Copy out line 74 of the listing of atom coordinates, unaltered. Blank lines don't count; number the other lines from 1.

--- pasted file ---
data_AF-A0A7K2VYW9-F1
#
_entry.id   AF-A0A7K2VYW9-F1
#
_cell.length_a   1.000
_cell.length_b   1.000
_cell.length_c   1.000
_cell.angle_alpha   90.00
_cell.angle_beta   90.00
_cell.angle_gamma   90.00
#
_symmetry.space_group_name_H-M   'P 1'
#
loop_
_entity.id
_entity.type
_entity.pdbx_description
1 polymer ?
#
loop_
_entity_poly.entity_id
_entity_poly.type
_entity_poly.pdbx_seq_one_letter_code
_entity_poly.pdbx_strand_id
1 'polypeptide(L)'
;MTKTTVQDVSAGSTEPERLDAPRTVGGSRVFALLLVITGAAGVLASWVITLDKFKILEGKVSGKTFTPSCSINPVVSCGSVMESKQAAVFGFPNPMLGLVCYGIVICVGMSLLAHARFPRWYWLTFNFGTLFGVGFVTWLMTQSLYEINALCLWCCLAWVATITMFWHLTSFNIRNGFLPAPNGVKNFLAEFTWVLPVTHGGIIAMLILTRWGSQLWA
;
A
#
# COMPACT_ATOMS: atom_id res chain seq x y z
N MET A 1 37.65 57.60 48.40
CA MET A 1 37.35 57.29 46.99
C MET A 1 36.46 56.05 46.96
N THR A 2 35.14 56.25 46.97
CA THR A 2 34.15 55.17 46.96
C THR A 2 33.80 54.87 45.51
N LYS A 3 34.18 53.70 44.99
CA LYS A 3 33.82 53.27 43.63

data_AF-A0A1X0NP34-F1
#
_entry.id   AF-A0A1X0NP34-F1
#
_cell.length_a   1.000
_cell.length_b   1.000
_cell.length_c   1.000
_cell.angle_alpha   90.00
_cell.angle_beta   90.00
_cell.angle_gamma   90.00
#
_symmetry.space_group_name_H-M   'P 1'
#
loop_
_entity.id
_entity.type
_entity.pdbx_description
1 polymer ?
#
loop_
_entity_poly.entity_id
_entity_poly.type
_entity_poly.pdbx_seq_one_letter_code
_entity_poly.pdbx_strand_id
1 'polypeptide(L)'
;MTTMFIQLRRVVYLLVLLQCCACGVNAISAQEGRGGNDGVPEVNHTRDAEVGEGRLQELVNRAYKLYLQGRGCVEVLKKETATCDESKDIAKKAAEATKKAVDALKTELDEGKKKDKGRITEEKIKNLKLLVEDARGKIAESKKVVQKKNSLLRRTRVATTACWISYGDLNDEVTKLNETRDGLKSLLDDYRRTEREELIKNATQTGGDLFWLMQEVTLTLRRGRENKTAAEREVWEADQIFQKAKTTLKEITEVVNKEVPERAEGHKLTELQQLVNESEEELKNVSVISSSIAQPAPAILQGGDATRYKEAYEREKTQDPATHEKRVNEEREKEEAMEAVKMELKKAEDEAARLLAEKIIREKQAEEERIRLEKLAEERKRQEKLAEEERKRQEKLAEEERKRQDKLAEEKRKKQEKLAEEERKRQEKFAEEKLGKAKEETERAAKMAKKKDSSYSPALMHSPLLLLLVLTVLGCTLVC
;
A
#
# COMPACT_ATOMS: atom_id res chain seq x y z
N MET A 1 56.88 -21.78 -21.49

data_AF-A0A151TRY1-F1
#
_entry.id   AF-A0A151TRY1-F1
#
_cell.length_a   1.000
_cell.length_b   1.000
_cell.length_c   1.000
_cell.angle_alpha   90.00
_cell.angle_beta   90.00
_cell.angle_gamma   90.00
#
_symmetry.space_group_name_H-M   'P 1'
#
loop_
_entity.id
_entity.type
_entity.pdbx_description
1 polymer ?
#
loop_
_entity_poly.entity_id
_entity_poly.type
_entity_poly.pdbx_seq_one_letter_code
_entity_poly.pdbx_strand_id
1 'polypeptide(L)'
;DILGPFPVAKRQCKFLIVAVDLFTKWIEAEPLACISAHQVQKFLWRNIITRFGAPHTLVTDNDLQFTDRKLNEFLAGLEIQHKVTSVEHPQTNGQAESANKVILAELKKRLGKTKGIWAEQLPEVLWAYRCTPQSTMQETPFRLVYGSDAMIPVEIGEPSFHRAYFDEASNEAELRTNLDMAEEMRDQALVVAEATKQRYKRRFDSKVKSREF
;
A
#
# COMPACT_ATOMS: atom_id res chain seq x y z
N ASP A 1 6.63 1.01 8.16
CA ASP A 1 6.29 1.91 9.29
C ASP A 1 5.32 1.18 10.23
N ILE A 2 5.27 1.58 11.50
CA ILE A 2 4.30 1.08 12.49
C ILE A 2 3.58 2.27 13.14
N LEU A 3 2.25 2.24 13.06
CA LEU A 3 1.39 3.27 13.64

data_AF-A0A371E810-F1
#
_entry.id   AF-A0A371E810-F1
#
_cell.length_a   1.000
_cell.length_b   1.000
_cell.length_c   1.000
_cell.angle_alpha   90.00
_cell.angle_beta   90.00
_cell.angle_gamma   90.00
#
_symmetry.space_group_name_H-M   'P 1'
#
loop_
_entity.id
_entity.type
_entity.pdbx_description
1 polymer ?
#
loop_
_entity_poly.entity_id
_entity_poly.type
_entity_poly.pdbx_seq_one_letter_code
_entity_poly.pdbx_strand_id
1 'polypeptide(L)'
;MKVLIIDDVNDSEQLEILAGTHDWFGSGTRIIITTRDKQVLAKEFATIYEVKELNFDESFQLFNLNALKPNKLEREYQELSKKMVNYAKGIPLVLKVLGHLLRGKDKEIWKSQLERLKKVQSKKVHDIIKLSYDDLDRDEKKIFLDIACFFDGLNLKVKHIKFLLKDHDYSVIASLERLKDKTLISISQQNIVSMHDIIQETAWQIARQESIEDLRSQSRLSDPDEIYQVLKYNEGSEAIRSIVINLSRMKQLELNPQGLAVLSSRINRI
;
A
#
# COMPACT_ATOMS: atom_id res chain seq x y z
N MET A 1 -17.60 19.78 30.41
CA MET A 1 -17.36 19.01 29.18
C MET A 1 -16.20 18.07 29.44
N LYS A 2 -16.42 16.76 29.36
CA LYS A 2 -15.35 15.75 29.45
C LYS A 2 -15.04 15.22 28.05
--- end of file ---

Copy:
_cell.length_a   1.000